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Panda More Resilient Than Thought

Dec 03, 2014 04:48 PM EST

Pandas are more resilient than previously thought, a new study says, causing conservationists who believed them to be inflexible about habitat to breathe a sigh of relief.

There are only about 1,600 giant pandas remaining in the wild, all of them forced to live in a 21,300-square-kilometer area in China due to logging and forest harvesting that has destroyed their habitat.

And despite the lack of natural predators in the area, pandas are an endangered species. The rarest member of the bear family, pandas live mainly in bamboo forests high in the mountains of western China, where they survive almost entirely on bamboo. They must eat from 26 to 84 pounds of it every day, according to the World Wildlife Fund (WWF).

Given the specificity of their needs, scientists had always thought that these black and white animals were delicate and picky. For example, prior research had indicated they prefer a forest with fairly gentle slope that's easier to maneuver, with plenty of bamboo and located far away from humans.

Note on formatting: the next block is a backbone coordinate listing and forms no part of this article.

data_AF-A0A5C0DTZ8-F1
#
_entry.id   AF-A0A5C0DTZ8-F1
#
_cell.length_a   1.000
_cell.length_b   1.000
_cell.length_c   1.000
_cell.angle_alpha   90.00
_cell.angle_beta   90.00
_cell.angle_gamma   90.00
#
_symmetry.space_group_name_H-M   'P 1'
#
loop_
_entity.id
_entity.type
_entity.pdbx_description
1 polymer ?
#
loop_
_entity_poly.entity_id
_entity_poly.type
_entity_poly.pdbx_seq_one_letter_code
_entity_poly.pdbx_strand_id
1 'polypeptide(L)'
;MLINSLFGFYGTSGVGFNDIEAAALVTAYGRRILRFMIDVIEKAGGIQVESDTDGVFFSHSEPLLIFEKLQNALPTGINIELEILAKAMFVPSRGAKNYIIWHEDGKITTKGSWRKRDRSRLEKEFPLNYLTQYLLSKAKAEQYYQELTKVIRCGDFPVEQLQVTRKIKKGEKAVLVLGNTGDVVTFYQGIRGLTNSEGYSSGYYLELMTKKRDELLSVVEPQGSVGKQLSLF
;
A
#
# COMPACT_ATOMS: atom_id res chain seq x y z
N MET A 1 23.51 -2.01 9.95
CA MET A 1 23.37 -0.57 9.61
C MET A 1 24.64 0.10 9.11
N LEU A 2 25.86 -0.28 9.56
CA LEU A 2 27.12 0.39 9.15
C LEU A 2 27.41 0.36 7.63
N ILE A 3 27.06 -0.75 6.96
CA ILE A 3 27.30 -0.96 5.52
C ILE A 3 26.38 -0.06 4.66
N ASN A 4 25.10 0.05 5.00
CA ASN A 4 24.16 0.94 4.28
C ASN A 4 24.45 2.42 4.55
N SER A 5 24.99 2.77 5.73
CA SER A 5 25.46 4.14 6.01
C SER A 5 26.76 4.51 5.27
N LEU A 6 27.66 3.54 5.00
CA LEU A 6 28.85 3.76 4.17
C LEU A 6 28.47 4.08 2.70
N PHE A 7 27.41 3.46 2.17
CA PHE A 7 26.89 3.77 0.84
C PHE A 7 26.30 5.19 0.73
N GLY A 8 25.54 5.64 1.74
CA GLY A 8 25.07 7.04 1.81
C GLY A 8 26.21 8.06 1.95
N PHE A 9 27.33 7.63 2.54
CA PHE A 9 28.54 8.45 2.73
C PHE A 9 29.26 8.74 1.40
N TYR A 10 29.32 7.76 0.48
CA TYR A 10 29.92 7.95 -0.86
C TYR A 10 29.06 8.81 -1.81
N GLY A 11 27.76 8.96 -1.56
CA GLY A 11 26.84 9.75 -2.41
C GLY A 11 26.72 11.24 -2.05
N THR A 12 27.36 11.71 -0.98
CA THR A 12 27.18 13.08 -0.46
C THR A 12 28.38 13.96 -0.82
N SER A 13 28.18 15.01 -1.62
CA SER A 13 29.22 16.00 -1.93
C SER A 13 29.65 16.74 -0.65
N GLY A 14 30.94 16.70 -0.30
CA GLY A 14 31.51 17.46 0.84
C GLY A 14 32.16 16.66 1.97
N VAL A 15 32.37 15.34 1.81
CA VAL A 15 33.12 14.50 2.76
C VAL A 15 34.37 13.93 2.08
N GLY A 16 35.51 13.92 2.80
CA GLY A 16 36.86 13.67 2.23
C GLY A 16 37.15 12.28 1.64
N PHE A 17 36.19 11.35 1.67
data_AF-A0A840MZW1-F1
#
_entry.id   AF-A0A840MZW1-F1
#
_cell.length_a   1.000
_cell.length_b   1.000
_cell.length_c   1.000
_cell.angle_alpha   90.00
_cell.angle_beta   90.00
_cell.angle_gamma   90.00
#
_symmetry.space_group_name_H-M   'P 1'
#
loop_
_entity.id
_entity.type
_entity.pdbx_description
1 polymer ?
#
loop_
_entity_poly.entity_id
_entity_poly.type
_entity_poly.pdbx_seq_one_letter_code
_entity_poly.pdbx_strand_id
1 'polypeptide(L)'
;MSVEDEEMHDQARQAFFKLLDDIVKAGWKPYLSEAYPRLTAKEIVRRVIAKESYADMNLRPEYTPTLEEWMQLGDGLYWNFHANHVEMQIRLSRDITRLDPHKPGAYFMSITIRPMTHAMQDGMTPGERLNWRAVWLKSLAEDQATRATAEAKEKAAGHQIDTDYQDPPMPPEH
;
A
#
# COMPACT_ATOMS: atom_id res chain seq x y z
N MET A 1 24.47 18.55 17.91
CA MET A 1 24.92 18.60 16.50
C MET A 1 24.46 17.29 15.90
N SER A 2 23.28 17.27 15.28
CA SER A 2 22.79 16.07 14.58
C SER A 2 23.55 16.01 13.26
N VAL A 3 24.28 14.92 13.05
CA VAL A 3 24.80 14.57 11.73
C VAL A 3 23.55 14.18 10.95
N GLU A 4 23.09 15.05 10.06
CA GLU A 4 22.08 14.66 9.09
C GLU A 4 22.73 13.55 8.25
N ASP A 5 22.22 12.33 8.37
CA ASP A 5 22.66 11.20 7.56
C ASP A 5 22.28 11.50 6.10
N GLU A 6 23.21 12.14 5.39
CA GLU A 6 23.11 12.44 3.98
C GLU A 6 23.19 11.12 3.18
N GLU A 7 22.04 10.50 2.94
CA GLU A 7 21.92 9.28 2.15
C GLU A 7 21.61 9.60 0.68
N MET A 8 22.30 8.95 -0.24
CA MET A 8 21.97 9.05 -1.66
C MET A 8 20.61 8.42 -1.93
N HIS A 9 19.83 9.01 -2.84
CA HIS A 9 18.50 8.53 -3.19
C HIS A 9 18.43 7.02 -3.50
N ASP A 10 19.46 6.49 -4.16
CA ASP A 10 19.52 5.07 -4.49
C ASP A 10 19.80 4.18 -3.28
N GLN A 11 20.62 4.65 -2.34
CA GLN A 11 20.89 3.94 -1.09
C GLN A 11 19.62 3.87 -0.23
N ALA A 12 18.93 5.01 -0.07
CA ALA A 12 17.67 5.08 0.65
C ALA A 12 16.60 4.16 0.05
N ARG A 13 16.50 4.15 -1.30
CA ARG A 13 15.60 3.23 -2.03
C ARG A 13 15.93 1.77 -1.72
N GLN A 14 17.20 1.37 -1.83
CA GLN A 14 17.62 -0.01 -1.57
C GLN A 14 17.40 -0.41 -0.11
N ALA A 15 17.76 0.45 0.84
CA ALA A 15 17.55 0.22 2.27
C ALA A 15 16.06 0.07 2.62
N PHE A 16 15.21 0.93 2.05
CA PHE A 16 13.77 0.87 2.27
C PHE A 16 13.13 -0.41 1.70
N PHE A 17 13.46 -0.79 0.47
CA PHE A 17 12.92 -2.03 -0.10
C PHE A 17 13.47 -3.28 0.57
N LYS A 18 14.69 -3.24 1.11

"Panda habitat selection is a complex process that we are still trying to unravel," researcher Jianguo Liu said in a statement.

To add to the confusion, lead study author Vanessa Hull of Michigan State University noticed inconsistencies and lack of consensus when it came to studies of panda habitat selection, so she decided to get to the bottom of it herself. Hull observed giant pandas in China's Wolong Nature Reserve for three years, and found that they are surprisingly resilient.

Pandas, it turns out, will settle for secondary forests - forests that have been logged and have regrown - and are willing to climb steep slopes.

That's good news for conservationists who worried that the combination of their picky nature and habitat loss would drive this species towards extinction.

"It gives you hope," Hull added. "They've survived throughout many challenges over so many millions of years, it would be sad to think humans came along and threw it all away."

The results were published in the journal Ursus.

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